On the Mississippi Gulf Coast, housing costs considerably less than in neighboring metro New Orleans or Mobile. For example, a home that costs about $153,000 in New Orleans would cost an estimated $100,000 on the Mississippi Gulf Coast, according to the home price index reports available at the Web site www.coldwellbanker.com. A $100,000 home on the Mississippi Gulf Coast would cost about $119,000 in Mobile.

Although the Web site only includes major metropolitan areas, it is safe to say that the $100,000 home on the Mississippi Gulf Coast or $153,000 home in the New Orleans area could be purchased for considerably less in areas of Pearl River County.

Bruce Kammer, 2004 president of the Mississippi Association of Realtors (MAR) and broker-owner of Coldwell Banker Country Properties Inc. in Picayune, said a lot of people are moving out of the New Orleans area attracted by the affordable housing.

“They get to buy a bigger house on more land than in New Orleans,” Kammer said. “They are getting into a better quality of life, a safer environment, less traffic and less crime.”

The same thing is true in George County, which is seeing an increasing number of new transplants from more highly populated areas of the Coast and Mobile — and even elsewhere in the country.

“I think it is a complete package families are looking for,” said Sue Wright, executive director of Greater George County Economic Development Foundation. “Certainly the cost of housing and land would come to mind first regarding cost of living issue. In George County’s case, we are an ‘Agburb,’ a combination of agriculture and urban. We are close to Mobile, the Gulf Coast and Hattiesburg, so people are able to take advantage of the lower cost of living, while also enjoying the urban amenities. There is a much better value for land and family, and it is only a short commute for work.”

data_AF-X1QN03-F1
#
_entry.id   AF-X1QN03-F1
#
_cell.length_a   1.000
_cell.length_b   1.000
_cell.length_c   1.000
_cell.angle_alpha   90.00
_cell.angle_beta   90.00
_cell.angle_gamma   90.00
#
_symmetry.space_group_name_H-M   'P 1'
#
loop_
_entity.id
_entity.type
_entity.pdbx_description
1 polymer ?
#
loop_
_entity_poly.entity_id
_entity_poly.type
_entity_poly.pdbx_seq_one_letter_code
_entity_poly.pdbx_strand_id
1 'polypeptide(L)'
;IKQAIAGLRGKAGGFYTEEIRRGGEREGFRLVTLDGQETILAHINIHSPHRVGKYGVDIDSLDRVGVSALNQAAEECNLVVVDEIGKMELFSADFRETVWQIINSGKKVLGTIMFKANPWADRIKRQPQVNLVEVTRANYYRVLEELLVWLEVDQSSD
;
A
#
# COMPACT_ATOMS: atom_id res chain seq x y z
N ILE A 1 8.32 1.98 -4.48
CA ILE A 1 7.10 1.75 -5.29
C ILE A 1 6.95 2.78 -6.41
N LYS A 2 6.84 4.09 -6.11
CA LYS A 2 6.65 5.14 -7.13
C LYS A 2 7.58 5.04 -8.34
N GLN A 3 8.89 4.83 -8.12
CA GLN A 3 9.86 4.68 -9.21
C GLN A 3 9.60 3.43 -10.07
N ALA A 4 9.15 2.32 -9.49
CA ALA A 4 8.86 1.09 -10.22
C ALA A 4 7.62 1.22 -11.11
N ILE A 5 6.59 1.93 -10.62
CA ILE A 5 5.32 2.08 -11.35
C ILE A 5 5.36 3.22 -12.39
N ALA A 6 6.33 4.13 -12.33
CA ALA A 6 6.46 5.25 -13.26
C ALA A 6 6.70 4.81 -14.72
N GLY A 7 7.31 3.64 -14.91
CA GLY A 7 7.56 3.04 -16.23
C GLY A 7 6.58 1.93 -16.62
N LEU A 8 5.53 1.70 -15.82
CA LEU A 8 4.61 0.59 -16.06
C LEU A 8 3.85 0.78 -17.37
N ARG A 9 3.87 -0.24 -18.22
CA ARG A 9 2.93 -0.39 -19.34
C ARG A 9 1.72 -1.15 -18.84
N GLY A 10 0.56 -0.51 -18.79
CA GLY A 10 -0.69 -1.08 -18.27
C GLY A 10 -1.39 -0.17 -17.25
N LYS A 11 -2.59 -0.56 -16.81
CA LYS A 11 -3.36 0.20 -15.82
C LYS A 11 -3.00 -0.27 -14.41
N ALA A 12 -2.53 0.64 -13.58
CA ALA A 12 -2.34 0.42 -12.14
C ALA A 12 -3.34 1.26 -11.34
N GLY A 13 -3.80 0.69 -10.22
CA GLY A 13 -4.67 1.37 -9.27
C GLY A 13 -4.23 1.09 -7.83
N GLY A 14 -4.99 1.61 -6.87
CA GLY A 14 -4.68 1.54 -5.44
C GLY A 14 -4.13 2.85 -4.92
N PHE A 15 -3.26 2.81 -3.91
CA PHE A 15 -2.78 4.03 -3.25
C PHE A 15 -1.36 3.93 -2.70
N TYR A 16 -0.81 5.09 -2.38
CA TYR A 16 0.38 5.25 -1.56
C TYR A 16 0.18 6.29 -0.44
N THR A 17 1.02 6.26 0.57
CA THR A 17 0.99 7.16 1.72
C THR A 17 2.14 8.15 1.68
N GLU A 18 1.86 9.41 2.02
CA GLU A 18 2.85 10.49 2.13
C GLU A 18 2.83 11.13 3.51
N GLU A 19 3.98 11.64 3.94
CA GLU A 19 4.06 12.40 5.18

Wright said the county even recently attracted a retired school superintendent of education from Portland, Ore.

“He and his family discovered Plum Bluff on the Internet, came here and fell in love with it,” Wright said. “They said it is such a beautiful place to live, and so inexpensive. Then they started citing prices of housing, land and groceries. The price of everything was higher in Oregon.”

What is seen comparing Coastal Mississippi to Mobile and New Orleans is magnified even more when looking at large metropolitan areas of the Northeast. Most of the South has lower per capita incomes than in the Northeast. So why is the South seeing more residential growth and business expansions than in the Northeast? It could be that the mild winters in the South are appealing. Or that there are more new jobs here. And more affordable real estate is a big draw, especially for retirees.

Another measure important to the cost of living is the tax bite. Mississippi has been ranked 13th in the country with a grade of B+ for “wealth-friendliness,” by Bloomberg Wealth Manager magazine. The survey ranks states that do the best job of keeping the wealth in the hands of the breadwinners, not state government.

Contact MBJ contributing writer Becky Gillette at bgillette@bellsouth.net.